From the movie’s Wikipedia entry:

At Rue Morgue’s 2008 Festival of Fear expo, director Bruce McDonald stressed the victims of the virus detailed in the film were not zombies and called them “conversationalists”. He described the stages of the disease:

“There are three stages to this virus. The first stage is you might begin to repeat a word. Something gets stuck. And usually it’s words that are terms of endearment like sweetheart or honey. The second stage is your language becomes scrambled and you can’t express yourself properly. The third stage you become so distraught at your condition that the only way out of the situation you feel, as an infected person, is to try and chew your way through the mouth of another person.”

The setting is very conducive to that insolated situation that so many zombie books and movies try to achieve. The novel takes place in northern Ontario (very little happens in the title village) in the winter, and it’s a very cold, very bleak place. Everything comfortable and sweet about small Canadian towns is completely perverted and ruined in this book. Zombies aside, the reader gets to see the dark underbelly of everyday middle-class life. The characters do horrid things to one another and have very unnatural thoughts in their heads.

The reason I am not totally sold on Pontypool is that is just isn’t fun. The readability is hindered by Burgess’s forays into a sort of surreal poetic prose that really doesn’t work for me. As I said before, the zombies are scary, and the violence is mind-numbingly good, but the mortar holding the horror elements together is a mess.

I should add that the movie is fantastic…It has everything I could ever ask for in a horror film — a loveable anti-hero protagonist, great gore, great scares, great zombies.

Cheerio, 2011

December 31, 2011

Also, Cheerios! I’m back in the land of real Cheerios. And Life Cereal, and Muffets.

So, lots has happened in the past couple of weeks. We moved into our little basement suite, a grotto compared to our house in Maynooth, and have made it as cozy and pleasant as we could. We are still living out of suitcases for the most part. Living in the hotel, which we did for five nights, got old fast.

Our new home has grown on me. It hadn’t been cleaned since its last occupants, and since they moved out two years ago, it was littered with both human and insect debris. After a severe, relentless bleaching, it felt better, though I am still finding long, lustrous black hair everywhere. I wonder what kind of hair products the previous tenant used?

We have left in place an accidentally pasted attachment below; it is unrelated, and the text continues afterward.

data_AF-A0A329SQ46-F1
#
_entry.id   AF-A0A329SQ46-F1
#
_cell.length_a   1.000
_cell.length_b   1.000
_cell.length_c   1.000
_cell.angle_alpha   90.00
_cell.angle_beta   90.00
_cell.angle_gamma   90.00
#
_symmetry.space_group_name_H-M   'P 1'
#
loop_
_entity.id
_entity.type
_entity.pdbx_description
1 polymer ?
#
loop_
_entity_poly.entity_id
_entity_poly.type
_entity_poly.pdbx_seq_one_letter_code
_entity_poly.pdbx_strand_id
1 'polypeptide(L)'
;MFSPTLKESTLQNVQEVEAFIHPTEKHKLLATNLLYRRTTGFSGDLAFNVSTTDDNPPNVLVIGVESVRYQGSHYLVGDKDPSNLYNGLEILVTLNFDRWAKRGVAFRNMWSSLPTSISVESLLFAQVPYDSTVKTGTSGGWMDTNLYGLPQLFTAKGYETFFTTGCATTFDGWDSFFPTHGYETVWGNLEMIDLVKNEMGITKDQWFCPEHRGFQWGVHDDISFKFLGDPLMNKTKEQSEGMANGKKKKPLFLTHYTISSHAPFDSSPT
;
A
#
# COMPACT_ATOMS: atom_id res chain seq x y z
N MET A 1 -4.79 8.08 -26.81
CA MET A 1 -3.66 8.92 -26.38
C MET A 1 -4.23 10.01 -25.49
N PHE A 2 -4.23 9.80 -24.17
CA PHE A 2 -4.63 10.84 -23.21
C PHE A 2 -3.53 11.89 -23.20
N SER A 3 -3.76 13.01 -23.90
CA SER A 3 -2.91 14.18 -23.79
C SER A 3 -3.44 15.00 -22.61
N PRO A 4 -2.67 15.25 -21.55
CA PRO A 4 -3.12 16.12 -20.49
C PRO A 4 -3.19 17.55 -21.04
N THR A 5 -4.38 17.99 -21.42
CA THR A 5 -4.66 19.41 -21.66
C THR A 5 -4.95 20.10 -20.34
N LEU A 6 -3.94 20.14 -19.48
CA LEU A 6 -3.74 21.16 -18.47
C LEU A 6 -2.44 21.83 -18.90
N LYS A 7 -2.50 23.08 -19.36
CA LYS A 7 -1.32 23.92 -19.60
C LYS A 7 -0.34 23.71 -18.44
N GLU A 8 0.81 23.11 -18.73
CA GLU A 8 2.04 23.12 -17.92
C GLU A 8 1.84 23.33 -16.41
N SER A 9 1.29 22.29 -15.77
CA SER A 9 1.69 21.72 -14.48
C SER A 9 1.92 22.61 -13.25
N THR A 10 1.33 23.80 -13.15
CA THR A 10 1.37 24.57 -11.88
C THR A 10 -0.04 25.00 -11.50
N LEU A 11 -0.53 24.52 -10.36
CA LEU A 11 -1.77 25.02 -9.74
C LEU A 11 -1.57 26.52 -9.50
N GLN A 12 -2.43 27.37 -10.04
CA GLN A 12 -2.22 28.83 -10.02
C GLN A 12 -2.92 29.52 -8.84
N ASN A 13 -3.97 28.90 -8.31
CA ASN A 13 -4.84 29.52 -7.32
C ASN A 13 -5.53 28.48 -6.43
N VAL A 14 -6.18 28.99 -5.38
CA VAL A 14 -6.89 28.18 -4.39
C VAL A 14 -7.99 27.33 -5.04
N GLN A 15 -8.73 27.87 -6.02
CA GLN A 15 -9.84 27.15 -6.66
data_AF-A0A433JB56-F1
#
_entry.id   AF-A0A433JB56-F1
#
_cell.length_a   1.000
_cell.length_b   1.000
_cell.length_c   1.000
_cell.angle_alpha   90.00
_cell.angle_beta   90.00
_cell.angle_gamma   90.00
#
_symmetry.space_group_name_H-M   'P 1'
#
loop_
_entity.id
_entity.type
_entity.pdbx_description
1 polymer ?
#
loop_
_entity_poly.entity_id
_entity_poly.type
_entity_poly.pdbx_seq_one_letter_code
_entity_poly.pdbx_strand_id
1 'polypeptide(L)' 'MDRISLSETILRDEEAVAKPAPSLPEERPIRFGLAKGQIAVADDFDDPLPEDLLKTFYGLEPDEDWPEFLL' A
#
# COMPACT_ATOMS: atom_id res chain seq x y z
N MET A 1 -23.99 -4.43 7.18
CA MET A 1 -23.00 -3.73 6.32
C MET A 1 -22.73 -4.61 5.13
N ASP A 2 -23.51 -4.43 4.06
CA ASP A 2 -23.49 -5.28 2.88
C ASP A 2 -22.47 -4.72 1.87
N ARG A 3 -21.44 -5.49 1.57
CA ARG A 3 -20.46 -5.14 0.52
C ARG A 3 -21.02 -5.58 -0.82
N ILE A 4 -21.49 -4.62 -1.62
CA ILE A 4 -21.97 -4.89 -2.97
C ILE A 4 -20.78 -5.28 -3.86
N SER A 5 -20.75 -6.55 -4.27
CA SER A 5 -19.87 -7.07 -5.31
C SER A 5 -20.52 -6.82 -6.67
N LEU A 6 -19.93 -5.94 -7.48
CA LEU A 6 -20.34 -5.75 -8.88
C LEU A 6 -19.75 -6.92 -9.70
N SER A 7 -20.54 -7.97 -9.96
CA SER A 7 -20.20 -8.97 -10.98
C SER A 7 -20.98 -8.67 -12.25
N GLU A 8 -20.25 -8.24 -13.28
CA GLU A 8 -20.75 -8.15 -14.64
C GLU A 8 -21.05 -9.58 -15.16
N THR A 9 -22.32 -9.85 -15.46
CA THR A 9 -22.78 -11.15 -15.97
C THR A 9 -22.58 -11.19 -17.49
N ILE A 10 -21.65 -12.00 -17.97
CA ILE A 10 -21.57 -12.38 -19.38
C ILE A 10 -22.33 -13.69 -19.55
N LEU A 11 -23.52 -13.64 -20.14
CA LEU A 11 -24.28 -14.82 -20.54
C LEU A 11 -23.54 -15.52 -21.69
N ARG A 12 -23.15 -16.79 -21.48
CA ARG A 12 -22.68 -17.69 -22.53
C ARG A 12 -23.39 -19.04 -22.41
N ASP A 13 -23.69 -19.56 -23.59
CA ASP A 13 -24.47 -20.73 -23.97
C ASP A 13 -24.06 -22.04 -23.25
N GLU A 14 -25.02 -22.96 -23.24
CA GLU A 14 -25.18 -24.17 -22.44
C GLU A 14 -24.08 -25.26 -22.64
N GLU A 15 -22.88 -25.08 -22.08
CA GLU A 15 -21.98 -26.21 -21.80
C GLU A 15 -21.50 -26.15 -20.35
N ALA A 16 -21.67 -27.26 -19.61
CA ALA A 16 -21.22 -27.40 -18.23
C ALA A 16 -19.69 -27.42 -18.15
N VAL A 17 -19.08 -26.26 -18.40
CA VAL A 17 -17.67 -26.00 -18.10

St. John’s had an earwig explosion earlier this year, and it seems like most of those earwigs moved into this suite. They aren’t pleased that the place doesn’t belong to them anymore. Did you know that earwigs FLY?! I discovered this last week; after picking up yet another freshly-murdered earwig, I noticed two perfect little wings.

We bought a car – a 2006 Pontiac G6. I had vowed in the past never to buy an American car, but my goodness, I like this one a lot. It took me awhile to regain my confidence as a driver, as I haven’t driven in 2.5 years. It came back surprisingly fast. I even managed to drive around downtown St. John’s — a Sisyphean chaos of winding roads, icy hills and over-confident pedestrians. I had no idea how much I missed the freedom of owning a vehicle.

I had vivid dreams about Ireland last night and woke up feeling strange and melancholy. One particular memory: a friend and I were going to take the train into the city together one last time. Somehow, I found myself down the bank across from the house I grew up in in Quesnel, BC. Knee-deep snow was everywhere. I was watching three dogs playing in the snow and suddenly remembered that I was supposed to be on the train with my friend.

Doc Hammer’s new years challenge:

“Every year I spend New Years Eve doing something that defines me. This year I will be alone writing music. NYE is a celebration of change and potential. Why do people celebrate this by getting blind drunk and throwing up in an unfamiliar toilet? No, this isn’t D.A.R.E. and I don’t give a shit if you drink. But consider honoring the symbol of change and potential by being the thing that you are proud of. BONUS: You won’t need your “friend” to hold your hair back. Well, unless the thing you’re most proud of is your amazing ability to get completely trashed and get all your sick cleanly in the bowl.”

Yeah, it’s smug, but I like this. I don’t think I’ll be doing something that particularly defines me this year, though. I predict we will watch something we tend to watch yearly — Robocop, Starship Troopers, Alien and/or Aliens — and will be asleep by midnight at the latest.